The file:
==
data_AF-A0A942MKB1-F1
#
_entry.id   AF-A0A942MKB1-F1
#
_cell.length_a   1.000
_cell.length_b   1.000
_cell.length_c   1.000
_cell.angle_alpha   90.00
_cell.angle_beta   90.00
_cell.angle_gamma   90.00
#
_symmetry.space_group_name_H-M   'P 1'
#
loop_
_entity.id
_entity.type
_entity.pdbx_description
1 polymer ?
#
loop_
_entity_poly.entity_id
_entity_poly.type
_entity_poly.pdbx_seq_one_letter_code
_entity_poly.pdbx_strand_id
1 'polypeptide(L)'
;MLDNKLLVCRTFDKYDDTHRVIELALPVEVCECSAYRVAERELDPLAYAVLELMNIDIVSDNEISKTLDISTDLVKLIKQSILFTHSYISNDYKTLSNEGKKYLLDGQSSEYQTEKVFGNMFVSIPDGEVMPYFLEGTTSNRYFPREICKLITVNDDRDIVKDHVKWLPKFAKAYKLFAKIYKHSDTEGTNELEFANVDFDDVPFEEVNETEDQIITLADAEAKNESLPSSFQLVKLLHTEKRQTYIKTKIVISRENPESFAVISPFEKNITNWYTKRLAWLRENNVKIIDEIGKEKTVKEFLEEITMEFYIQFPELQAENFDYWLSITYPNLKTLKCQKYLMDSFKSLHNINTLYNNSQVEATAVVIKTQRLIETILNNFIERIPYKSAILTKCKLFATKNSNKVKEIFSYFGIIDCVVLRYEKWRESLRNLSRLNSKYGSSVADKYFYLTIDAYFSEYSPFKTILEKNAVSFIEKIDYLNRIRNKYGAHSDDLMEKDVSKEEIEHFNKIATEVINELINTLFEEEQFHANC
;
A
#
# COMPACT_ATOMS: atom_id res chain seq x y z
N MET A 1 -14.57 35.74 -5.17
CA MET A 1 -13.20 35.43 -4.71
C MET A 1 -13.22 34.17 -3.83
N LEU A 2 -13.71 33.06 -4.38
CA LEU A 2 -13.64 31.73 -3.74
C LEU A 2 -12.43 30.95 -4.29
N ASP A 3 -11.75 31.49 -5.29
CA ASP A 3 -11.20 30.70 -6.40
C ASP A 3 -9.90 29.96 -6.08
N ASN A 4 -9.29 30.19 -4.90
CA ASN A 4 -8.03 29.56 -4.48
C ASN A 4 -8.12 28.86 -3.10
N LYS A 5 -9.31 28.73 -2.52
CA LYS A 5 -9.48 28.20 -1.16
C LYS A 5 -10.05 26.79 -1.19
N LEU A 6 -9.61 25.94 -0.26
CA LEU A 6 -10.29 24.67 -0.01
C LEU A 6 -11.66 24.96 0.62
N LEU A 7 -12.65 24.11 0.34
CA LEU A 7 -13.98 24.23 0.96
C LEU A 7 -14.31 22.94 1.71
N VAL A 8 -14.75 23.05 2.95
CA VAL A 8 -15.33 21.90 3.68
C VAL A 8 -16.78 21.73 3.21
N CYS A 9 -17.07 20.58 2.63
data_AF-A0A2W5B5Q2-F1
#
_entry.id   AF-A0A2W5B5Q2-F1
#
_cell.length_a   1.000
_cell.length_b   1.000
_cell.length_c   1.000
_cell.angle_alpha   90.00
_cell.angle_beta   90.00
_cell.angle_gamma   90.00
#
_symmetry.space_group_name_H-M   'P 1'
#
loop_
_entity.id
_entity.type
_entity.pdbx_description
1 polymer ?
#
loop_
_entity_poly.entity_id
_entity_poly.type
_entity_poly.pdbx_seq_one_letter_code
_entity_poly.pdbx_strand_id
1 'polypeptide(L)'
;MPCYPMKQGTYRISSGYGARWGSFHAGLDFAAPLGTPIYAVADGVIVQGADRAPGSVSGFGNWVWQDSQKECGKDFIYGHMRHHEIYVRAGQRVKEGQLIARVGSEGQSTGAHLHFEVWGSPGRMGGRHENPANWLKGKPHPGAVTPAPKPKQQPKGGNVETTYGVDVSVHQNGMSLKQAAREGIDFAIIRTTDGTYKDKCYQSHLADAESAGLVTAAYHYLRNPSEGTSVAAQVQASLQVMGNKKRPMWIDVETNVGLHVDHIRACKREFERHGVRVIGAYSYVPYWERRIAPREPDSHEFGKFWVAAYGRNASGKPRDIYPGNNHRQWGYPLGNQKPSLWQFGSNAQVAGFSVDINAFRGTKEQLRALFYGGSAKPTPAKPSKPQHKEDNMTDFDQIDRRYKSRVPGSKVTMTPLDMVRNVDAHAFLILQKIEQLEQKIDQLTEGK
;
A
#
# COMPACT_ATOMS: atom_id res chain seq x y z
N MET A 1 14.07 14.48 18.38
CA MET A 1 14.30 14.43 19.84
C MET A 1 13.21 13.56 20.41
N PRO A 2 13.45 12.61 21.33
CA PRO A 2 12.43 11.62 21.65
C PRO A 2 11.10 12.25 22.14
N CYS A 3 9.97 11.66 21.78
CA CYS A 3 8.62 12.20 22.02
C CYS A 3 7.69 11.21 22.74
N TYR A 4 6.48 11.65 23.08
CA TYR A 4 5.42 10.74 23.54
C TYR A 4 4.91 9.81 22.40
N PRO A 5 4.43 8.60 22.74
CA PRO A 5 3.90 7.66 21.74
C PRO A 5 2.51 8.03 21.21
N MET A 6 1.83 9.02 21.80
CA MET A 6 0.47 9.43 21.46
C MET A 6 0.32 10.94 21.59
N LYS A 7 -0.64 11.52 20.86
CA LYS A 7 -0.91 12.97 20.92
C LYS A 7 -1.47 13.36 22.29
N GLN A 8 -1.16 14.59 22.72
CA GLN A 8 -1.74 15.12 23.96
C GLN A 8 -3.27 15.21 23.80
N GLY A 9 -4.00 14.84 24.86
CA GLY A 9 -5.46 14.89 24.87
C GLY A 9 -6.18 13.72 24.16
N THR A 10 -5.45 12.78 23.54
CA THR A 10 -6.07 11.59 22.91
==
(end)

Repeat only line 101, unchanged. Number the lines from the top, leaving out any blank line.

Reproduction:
N MET A 6 1.83 9.02 21.80